How to Make, and Keep, Mommy Friends

by Katie Parsons

We’ve all heard the old adage that it is quality, not quantity, that counts. When it comes to friendships, this is definitely the truth. Still, I feel like since becoming a mom it is easier than ever for me to stay in my comfortable friend spot and not make the effort to add new ones (who has the energy?).

Two of my kids are in elementary school this year and a third is in pre-K so I see a lot of other parents and teachers on a regular basis. While the easy route would be to just tap away on my smartphone while waiting for my kids at pick-up, or acting otherwise distracted, I know that getting to know the families of my children’s peers will benefit me, and my kids, in the long run. Plus it’s always nice to add a few trusted friends to the mix.

Make plans with other mom friends

Based on my own experiences, here are some tips for making and keeping friends as a mom:

1. Leave your phone behind.

Are you really going to need to check your email or text messages in the 5 minutes it will take to pick up your child? The same is true of a visit to the park. Perhaps you work from home and the only way you CAN go to the park is if you bring your smartphone along. Still, know when to draw the line between necessary communication and playing with your cell phone just because it is a habit. Pay less attention to your phone and more attention to the parents around you. Make yourself available for conversation.

2. Introduce yourself.

You don’t have to hand out business cards at the preschool cubbies, but you should let other parents know who you are upfront. Usually parents know the names of your children because they have heard them at home, so lead with the fact that you are the mom of “child’s name.” I like to ask questions right off the bat too, like “How is he liking school so far?” or “What are you guys up to for Halloween?” When you break the ice, it makes it easier for others to feel comfortable around you.

3. Be specific.

When you are ready to take the next step in your friendship and get together for a playdate, or even a mom date, ask to do something specific. Don’t just say “we should have a playdate sometime…” because that time will likely never come. Present a date, time and place to get together. I’ve found that a few of the moms in my circles enjoy running so I’ve looked up races and asked if they wanted to participate together. When I know that I will be taking my own kids to the park, I invite the moms I encounter before we go. Everyone has busy family schedules so make hanging out a little easier by ironing out the details first.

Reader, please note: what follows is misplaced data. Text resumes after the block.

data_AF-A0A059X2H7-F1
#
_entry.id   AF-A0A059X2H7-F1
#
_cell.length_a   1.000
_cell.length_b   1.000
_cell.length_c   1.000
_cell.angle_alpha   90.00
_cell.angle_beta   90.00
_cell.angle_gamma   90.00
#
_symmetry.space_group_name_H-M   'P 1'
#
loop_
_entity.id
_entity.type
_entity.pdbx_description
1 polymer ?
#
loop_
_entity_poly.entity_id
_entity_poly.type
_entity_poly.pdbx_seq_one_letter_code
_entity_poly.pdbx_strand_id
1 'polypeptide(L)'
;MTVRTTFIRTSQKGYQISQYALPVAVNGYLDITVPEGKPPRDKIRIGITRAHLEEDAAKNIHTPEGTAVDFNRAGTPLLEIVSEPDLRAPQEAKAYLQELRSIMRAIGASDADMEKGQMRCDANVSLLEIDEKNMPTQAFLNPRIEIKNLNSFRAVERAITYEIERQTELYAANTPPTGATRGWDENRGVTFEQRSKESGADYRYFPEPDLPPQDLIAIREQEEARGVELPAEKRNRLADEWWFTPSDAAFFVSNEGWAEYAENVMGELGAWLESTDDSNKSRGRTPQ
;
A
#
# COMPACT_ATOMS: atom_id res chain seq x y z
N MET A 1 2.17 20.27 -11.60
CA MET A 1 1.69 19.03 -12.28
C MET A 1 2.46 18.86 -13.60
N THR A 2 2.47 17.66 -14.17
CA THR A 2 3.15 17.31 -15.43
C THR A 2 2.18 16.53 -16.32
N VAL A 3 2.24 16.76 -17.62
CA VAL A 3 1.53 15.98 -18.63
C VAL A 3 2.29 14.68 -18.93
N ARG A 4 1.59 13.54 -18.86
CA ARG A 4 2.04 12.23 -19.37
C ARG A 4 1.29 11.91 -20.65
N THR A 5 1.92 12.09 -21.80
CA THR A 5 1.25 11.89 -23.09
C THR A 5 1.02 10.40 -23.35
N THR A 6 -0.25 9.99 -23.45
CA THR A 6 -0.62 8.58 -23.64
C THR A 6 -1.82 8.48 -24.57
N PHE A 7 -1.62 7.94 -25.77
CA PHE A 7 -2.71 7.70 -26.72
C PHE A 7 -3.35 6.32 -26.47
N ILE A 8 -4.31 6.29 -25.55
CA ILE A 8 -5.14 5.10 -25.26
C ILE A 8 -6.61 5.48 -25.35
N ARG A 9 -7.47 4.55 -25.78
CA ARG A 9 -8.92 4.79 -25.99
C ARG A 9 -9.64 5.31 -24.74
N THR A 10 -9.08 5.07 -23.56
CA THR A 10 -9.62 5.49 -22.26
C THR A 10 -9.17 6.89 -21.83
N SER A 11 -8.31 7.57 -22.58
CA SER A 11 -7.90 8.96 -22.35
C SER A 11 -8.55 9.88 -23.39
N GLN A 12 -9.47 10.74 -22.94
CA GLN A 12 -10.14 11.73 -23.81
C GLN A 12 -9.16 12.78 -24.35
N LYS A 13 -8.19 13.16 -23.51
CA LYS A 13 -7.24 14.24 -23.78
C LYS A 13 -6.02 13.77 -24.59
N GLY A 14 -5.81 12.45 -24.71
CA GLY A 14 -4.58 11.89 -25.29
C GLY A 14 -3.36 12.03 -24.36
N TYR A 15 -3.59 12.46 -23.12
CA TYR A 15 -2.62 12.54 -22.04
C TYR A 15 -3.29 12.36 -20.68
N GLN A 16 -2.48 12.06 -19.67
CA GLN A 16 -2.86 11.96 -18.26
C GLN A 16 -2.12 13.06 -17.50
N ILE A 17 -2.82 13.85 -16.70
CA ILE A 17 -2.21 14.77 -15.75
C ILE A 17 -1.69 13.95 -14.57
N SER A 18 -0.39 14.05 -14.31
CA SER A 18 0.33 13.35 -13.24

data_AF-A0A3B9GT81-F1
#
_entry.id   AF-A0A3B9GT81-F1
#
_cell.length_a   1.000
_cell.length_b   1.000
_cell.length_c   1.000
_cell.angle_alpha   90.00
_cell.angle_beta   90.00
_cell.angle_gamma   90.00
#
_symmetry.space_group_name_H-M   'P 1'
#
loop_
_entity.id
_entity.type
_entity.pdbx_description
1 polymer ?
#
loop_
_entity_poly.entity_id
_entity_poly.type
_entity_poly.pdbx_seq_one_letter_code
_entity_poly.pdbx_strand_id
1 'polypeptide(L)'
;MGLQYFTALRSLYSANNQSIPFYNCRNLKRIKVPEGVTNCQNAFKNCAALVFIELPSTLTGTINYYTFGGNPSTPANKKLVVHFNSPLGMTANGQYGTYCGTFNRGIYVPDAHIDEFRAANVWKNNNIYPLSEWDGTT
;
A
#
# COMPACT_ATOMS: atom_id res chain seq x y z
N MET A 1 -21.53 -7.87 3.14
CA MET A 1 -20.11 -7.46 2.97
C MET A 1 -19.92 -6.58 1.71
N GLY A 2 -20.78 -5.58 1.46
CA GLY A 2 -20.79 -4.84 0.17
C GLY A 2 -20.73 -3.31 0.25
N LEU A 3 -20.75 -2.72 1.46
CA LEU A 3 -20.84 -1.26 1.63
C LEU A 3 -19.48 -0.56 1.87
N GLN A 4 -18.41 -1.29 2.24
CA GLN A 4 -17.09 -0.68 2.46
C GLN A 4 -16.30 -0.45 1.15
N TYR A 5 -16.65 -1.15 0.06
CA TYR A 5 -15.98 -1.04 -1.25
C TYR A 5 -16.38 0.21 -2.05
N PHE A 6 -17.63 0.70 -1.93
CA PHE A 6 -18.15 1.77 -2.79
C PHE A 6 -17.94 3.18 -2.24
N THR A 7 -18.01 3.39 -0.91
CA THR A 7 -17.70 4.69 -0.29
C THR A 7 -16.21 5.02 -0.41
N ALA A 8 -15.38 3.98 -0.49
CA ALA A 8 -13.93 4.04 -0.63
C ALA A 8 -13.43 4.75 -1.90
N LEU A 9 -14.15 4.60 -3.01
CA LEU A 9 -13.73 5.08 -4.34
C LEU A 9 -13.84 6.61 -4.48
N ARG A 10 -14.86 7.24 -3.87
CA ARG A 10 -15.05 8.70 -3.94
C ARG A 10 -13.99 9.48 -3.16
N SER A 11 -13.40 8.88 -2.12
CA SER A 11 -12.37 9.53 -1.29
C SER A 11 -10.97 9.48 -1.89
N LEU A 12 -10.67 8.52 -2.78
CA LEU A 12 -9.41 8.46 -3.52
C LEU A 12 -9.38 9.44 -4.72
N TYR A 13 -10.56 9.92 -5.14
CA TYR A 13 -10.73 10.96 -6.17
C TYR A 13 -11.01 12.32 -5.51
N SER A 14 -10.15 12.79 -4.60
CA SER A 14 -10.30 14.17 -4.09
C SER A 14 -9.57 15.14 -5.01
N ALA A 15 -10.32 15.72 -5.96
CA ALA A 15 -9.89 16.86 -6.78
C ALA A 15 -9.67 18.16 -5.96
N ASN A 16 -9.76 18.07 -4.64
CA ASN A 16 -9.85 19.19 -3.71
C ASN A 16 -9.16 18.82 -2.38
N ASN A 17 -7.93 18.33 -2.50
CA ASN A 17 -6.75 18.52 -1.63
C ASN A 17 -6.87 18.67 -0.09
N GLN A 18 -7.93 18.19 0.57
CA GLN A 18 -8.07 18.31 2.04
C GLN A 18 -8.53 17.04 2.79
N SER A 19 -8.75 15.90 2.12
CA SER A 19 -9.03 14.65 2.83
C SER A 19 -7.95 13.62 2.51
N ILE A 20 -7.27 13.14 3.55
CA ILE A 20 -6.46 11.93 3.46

4. Connect digitally.

Become electronic friends with other parents through Facebook or Instagram. If they have business pages, “like” those or follow them on Twitter. I have several moms who I text about school events or if I have questions about class. Not everyone can come over for playdates, or talk for hours on the phone (or even answer it sometimes!), so make simple, easy connections through technology that will build up your friendship.

5. Avoid negativity.

We all have our friends that listen to our gripes and complaints, and it’s a healthy thing to have those sounding boards. When you’re making new friends, though, start on a positive note. Avoid complaining about the school, or teacher, or other parents. Talk about the good things that are going in your kids’ lives and show your little ones through example what a healthy friendship looks like.

Do you find it is easier or more difficult to make friends as a mom?


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Katie Parsons

Katie Parsons is a freelance writer who lives with her four children, husband and the sound of the ocean nearby. Before she was a freelance writer, she worked in news media in Chicago, Orlando and Shelbyville, Indiana. Before that, she earned a Creative Writing degree from Ball State University. Katie is writing a memoir about the time when she was single and pregnant. She owns a content creation company and hosts a community blog for moms. You can contact her by emailing her at

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